Earlier this year, Anglian Water unveiled its first wetland treatment site, on the River Ingol in west Norfolk. The project has been such a huge success; the water company has now unveiled proposals for dozens of further sites as part of its business plan from 2020.
The wetlands will form part of Anglian Water’s Water Industry National Environment Programme (WINEP). At nearly £800million, the company’s proposed investment in protecting and enhancing the region’s environment is more than double that of the previous five years.
The proposals are currently with the industry regulator Ofwat for approval as part of Anglian Water’s wider business plan totalling £6.5billion for the whole region between 2020 and 2025. If successful, as many as 59 treatment wetlands could be built in the coming years.
The wetland treatment site at Ingoldisthorpe is the first of its kind in England and has been created in partnership with the Norfolk River’s Trust. The site works as a natural treatment plant for millions of litres of water a day. Used but treated water passes through the wetland to be further filtered and cleaned by the wetland plants before it’s returned to the River Ingol.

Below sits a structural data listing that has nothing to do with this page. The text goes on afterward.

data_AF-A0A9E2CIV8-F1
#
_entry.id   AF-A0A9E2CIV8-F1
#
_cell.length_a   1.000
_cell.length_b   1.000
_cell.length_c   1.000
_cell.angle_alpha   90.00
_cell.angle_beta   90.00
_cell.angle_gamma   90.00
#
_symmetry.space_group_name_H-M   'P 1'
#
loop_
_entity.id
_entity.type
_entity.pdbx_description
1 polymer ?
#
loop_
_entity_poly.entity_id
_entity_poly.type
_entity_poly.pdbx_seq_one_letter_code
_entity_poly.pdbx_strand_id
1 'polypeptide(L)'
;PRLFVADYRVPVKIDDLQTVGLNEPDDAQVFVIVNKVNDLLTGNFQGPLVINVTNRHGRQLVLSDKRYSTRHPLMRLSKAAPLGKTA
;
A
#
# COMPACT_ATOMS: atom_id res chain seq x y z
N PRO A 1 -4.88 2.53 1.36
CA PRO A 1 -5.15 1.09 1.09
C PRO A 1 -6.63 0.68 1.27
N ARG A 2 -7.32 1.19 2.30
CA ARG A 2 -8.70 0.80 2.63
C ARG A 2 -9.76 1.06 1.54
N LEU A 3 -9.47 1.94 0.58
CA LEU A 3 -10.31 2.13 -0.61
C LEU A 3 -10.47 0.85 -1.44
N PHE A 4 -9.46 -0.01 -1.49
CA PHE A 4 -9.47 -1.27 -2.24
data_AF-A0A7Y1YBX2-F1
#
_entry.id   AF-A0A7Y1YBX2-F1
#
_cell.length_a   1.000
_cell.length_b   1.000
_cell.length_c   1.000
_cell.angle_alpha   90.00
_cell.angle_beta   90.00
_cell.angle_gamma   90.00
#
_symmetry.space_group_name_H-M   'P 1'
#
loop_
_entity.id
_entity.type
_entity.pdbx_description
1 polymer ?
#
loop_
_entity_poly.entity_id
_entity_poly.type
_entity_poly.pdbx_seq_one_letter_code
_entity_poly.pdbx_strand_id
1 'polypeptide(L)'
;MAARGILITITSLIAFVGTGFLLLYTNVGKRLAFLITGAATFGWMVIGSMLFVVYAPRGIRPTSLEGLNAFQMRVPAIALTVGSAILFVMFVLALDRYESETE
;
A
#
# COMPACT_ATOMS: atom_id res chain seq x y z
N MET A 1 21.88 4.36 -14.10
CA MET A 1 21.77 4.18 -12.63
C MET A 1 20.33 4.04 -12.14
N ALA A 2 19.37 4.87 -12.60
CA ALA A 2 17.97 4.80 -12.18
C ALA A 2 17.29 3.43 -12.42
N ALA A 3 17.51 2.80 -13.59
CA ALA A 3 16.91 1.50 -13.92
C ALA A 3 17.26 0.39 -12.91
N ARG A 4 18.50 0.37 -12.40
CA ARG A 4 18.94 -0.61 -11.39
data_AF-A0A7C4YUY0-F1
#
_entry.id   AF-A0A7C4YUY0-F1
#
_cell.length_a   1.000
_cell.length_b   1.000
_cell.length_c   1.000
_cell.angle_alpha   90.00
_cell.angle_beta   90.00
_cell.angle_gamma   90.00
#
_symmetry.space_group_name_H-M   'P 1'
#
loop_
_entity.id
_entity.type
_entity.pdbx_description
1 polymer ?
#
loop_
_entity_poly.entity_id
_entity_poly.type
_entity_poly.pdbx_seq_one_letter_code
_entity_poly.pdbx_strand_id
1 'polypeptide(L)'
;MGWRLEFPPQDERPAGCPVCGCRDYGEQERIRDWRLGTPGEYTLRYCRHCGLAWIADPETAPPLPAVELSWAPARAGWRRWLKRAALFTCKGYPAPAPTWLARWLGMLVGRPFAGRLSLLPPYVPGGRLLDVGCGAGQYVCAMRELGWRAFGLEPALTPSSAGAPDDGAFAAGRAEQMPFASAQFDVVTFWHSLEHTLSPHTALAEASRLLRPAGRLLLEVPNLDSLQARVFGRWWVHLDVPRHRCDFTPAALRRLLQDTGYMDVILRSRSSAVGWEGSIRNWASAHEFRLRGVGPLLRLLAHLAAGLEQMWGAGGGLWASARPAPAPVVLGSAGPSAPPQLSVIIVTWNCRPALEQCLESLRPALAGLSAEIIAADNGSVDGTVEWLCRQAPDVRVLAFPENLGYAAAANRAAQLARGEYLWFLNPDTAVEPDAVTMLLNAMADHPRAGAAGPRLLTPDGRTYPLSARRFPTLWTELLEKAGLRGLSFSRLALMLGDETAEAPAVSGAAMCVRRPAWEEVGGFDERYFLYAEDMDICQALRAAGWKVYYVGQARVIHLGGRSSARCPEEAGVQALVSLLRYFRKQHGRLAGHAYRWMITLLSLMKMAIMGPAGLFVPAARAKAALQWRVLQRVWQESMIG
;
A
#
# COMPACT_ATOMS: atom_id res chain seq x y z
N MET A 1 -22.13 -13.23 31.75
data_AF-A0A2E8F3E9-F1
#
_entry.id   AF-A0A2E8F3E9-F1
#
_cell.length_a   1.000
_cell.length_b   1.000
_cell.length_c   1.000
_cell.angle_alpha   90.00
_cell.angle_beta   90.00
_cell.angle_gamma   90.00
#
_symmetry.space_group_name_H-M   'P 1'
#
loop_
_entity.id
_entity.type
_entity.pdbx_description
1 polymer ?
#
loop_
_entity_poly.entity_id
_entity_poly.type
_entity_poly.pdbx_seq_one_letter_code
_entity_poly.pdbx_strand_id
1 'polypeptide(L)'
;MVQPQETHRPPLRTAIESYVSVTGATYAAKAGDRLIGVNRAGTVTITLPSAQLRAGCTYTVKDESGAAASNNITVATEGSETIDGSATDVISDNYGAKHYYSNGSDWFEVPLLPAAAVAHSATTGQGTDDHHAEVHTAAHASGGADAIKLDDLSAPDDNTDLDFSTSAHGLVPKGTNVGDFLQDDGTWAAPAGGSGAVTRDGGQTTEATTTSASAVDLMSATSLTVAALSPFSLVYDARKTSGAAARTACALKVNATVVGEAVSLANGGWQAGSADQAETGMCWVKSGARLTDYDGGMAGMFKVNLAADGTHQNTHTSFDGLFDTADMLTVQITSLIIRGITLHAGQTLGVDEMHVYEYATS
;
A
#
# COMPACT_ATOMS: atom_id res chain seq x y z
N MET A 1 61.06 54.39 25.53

This additional, natural filtering process further improves the quality of water being returned to the river, benefiting the whole of the river, which is a spring-fed chalk stream. Aside from having a practical purpose the wetland is a huge biodiversity asset attracting breeding birds, amphibians, bats, water voles to the local environment.
Chris Gerrard, Natural Catchment and Biodiversity Manager said “The four large interconnected ponds include typical wetland flora that is native to the UK. Naturally, these plants attract insects like bees and other pollinators, but they also attract mammals, too.
“Chemicals like phosphates and ammonia come from urbanisation, domestic products like detergents, as well as from human and animal waste. In the future, we need to find more natural ways to treat them rather than adding more chemicals in our treatment processes or building carbon hungry infrastructure, which is unsustainable, and would have an impact on customer bills too. So the wetland is a great solution.
In addition to removing ammonia and phosphorus, Anglian Water will be monitoring the wetland to see if it removes nutrients such as nitrates and other substances such as metals and microplastics.
“It removes the unwanted chemicals naturally, and creates a wildlife-rich environment,” added Chris. “Ingoldisthorpe is proof that this is a great thing to do. We’re confident that the wetland will work well in other areas too, which is why our business plan contains proposals for more sites like this in the future.”